Tuesday, 11 October 2022

#18 Parallelepiped ... from old Math Terms notes

 Parallelepiped:  This word for a solid made by intersecting pairs of parallel planes forming six faces that are each parallelograms is rapidly becoming obsolete, although no good word has emerged to replace it. A rectangular or orthogonal parallelepiped is the shape of a room or a shoe box. The word is condensed from the Greek word parallelepipedon for the same shape. The roots are para (beside) + allel (other) + epi (on) and pedon (ground). Parallelepipedon was the word used by Billingsley in his 1570 translation of Euclid, the first known use of the word in English. According to John Conway, this was the common term in use until around 1870 to 1900 when it gave way to parallelepiped; although the OED lists its use by John Playfair as early as 1812. A posting from John Albree of Auburn University cited an earlier use. [In Charles Hutton's *Dictionary* (volume 2, 1795, p.199), the terms "parallelopiped" and "parallelopipedon" are presented equally, and he remarks that such a polyhedron "is only a particular species" of a prism.]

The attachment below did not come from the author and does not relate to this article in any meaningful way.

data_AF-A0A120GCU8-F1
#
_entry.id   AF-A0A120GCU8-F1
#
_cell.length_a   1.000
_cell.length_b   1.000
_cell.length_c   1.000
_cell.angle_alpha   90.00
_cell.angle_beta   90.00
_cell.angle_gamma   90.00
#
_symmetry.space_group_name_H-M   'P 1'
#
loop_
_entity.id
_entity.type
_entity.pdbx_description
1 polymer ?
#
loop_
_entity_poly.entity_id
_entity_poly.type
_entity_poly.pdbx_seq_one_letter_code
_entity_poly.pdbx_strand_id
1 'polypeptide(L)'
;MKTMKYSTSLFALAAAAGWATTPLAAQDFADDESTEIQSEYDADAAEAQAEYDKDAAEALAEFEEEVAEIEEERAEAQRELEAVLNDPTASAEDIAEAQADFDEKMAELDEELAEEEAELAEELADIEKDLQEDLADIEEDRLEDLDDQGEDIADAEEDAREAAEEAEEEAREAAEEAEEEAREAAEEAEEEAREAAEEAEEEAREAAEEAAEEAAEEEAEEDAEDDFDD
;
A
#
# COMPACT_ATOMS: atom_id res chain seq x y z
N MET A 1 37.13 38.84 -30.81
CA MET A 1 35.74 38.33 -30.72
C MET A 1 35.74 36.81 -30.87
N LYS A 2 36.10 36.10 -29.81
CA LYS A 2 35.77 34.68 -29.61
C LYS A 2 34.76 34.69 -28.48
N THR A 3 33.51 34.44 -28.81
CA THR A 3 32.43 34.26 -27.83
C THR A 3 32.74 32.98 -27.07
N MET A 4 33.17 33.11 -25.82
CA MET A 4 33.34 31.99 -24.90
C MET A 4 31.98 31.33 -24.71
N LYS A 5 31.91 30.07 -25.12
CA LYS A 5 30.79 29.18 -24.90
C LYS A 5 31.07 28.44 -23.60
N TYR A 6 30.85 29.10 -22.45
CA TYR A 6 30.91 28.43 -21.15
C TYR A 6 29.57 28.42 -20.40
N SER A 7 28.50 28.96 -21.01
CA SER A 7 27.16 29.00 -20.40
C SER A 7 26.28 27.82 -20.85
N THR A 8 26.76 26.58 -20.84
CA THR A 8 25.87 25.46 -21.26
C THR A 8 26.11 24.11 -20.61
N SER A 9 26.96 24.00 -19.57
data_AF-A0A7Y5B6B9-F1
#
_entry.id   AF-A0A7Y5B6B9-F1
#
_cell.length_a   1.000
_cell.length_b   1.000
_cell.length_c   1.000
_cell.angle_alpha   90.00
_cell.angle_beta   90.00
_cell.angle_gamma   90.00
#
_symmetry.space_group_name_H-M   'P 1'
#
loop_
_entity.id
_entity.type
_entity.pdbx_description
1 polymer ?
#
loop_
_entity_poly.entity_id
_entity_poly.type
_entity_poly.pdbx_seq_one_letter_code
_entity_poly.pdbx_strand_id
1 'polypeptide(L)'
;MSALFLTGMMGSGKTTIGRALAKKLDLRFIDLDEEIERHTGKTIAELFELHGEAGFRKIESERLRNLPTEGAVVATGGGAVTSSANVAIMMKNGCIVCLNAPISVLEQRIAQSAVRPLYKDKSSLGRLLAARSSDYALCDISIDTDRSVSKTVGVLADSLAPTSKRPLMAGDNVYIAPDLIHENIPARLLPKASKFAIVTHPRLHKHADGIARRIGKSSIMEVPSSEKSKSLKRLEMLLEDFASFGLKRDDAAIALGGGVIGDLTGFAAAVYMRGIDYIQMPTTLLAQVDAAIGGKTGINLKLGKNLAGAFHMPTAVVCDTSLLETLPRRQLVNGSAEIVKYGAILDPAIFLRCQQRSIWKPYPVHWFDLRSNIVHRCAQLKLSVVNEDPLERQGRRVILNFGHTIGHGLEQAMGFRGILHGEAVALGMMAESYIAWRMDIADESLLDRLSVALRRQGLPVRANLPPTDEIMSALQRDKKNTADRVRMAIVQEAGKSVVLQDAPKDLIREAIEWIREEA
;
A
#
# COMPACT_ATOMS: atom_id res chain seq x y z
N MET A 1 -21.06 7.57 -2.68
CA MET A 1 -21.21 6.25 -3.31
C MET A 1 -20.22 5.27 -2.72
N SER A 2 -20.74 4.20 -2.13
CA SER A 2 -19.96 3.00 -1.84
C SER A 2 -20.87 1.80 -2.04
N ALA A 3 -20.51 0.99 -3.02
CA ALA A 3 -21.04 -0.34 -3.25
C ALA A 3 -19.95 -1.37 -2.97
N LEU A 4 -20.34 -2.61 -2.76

This newer term now seems headed for demise due to changes in school curriculum and the reduced coverage of solid geometry, although one correspondent suggests that "parallelepipedo" would be known by most Spanish students. I was somewhat surprised to find that parallelepiped is present in my computer spell check, which I find often omits technical terms.

The word is pronounced with the accent on the epi syllable. The para root is common in math words and is related to other words like parlor, paragraph, and parable. Allel became our alter, for other, and gives us alternate and alternative. The epi root shows up in epidermis (on the skin), epitaph (over the grave), epicycle (on the circle), and epidemic (on the people). Pedon is from ped for foot, and was also generalized for plane.

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